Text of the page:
Why Digital Native D2C Brands are Turning to TV

We’ve seen an explosion in the number of upstart direct to consumer brands – companies which build their audiences online and sell to their customers directly – over the past few years. When it comes to marketing, many of these disruptors have tended to use social platforms and podcast sponsorship to build direct relationships, and social video to communicate exactly what their product is and how it works.

While these digital natives eat up market share in established industries, it might initially look like bad news for TV advertising. However, the reality is that as these brands mature, many of them start to behave like “traditional” FMCG marketers and turn to TV advertising to help them scale further.

A report earlier this year from the Video Advertising Bureau (VAB) highlighted this growing investment in TV advertising by what they call “direct disruptors”. VAB analysis of Nielsen Ad Intel data found that TV spend by the fifty D2C brands it analysed grew from $322.8 million in 2015 to $1,313.6 million last year.

So what’s driving these brands to TV?

Advanced TV specialist Simulmedia has worked with several of these brands as they’ve branched out into TV, and CEO Dave Morgan says it’s a matter of scale and brand building.

“Everyone would expect that these digital first direct to consumer brands would build their full businesses on digital, but what happens in many cases is they perfect their product and customer segmentations online, but then they find they can’t really scale any further using digital only,” he said. This hasled them to turn to TV.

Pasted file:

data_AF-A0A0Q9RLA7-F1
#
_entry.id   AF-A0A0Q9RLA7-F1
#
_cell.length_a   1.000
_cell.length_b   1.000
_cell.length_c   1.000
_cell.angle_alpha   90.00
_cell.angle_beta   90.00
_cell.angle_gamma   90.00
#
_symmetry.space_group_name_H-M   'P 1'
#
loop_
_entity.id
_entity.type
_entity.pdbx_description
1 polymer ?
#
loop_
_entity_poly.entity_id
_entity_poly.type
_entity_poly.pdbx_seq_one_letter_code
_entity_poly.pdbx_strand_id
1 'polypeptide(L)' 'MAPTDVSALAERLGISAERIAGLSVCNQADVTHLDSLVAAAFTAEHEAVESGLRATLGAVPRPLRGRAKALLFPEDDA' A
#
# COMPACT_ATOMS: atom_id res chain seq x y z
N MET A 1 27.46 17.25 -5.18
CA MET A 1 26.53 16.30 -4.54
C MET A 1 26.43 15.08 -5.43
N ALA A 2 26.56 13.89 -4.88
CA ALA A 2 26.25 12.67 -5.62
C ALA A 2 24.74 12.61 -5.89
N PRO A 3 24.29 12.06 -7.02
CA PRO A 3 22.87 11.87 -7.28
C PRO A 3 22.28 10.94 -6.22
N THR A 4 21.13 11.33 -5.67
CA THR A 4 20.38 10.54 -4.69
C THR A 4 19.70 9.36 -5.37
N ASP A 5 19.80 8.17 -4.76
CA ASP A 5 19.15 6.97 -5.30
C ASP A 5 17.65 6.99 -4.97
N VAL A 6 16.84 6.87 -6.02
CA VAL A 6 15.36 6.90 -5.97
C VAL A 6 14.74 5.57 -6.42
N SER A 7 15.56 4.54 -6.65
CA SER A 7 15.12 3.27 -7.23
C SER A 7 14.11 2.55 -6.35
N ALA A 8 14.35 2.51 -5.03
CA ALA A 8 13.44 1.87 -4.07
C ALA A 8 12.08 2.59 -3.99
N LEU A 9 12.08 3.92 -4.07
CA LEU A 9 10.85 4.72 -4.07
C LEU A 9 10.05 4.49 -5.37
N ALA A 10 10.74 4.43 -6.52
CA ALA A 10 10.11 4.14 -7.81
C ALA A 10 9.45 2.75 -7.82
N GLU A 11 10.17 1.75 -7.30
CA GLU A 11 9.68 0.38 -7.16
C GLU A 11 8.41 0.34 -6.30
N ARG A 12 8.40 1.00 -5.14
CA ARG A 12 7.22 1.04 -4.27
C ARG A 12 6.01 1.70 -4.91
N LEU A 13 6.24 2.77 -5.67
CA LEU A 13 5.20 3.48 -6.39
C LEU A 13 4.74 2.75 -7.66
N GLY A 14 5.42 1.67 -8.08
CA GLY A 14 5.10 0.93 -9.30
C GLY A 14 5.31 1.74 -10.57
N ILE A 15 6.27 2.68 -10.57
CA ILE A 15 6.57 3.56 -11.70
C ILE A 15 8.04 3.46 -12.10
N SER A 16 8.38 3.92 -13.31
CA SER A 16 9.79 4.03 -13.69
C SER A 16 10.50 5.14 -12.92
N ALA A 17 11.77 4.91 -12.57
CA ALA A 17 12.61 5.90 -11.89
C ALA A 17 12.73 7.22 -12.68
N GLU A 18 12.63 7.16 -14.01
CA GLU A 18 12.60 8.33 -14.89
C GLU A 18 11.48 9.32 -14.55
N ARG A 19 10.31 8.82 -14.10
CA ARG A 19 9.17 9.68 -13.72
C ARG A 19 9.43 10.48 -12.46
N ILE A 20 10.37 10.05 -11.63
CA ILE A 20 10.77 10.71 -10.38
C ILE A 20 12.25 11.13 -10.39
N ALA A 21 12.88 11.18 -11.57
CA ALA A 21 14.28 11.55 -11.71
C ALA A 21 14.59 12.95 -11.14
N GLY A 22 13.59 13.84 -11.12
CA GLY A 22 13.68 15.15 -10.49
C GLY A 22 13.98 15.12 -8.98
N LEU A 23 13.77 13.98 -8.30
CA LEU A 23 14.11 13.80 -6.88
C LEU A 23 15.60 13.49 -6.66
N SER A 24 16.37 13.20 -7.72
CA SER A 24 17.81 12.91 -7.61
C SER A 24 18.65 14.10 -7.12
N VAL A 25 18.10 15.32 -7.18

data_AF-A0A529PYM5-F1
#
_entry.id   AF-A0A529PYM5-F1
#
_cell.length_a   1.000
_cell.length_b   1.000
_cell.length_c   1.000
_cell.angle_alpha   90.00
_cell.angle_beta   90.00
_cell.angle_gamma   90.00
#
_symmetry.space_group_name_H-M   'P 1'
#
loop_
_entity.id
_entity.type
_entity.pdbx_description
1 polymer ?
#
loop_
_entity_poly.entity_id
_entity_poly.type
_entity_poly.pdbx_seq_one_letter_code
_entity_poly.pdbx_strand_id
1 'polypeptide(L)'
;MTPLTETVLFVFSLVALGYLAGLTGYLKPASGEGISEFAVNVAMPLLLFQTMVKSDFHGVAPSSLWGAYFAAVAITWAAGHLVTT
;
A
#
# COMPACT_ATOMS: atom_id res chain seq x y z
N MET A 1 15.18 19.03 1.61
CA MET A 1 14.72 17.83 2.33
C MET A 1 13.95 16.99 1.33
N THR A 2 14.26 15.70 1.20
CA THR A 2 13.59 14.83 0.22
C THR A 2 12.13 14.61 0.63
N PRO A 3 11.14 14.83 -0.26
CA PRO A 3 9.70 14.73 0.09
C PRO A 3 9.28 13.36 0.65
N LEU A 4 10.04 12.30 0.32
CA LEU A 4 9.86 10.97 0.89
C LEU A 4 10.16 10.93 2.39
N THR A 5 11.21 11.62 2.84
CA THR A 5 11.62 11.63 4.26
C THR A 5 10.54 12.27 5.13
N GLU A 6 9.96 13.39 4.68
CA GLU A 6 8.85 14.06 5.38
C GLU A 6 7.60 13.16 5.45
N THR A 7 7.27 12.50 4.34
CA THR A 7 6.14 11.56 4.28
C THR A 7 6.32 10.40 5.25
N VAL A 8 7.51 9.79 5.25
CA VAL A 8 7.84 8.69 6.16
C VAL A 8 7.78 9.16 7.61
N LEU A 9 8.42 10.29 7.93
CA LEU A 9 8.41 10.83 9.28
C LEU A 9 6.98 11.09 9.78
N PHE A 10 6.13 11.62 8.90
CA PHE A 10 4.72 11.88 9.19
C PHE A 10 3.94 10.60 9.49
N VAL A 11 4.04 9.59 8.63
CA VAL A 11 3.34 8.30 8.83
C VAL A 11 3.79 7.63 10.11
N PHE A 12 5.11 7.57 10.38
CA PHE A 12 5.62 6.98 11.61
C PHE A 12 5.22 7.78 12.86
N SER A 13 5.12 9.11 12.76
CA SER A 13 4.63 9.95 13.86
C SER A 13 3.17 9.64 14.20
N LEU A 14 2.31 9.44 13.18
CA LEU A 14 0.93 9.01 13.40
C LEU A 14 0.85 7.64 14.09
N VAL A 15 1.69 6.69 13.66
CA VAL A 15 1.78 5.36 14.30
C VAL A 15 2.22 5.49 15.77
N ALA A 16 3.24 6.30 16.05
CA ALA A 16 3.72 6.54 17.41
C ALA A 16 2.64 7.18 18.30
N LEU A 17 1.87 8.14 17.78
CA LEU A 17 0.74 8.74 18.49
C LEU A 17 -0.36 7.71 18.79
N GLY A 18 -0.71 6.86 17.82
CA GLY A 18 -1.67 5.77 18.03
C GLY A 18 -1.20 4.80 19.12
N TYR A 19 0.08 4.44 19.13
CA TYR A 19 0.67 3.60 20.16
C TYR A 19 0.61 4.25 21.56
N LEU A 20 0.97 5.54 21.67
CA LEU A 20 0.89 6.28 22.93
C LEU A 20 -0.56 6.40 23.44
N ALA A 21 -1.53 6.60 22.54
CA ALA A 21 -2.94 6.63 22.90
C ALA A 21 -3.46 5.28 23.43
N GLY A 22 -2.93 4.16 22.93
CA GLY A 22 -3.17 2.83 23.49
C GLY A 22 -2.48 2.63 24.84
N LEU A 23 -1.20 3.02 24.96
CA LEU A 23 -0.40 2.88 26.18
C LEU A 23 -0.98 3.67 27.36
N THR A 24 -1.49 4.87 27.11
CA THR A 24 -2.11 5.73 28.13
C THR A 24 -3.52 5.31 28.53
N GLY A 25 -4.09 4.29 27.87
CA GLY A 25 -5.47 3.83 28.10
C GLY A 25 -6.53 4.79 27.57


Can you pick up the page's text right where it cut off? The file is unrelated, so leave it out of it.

Julian Hearn, co-founder of meal replacement powder maker Huel, who raised an additional $26 million last week, agreed that TV’s huge reach made it an attractive medium to his company, which just this week launched its first TV campaign. “I’m not a fan of offline advertising,” he said. “It’s extremely hard to track performance and therefore difficult to optimise. However, TV is interesting, it has massive scale, and it’s an engaging medium.”

“Mattress in a box” company Casper meanwhile ran TV ads from the very beginning, again because it provided reach quickly and efficiently. “We decided to start running TV ads from day one as TV is THE mass media that provides a very large reach in a limited amount of time,” said Quentin Luce, who handles Casper’s European TV advertising. “TV is also, surprisingly enough for most advertiser, a very cheap medium when bought efficiently, which allows us to maximise repetition and therefore increase brand recognition.”

As these digital natives move onto TV, Morgan says they are more focussed on bottom of the funnel metrics than traditional TV advertisers. “None of them say I’ve bought my gross rating point so I’ve got my brand, I’m good,” he said. “They want to know exactly who they’ve reached. In every conversation we’ve had with these companies at Simulmedia, they have involved data scientists or people with deep knowledge of data analytics as part of the conversation.”

Luce agreed that while Casper looks to TV advertising for brand building, they also want to see direct results. “While at first our ultimate aim is of course to drive direct sales in order to cover the cost of a TV campaign, the halo effect of any campaign has a long lasting effect and definitely builds the brand,” he said.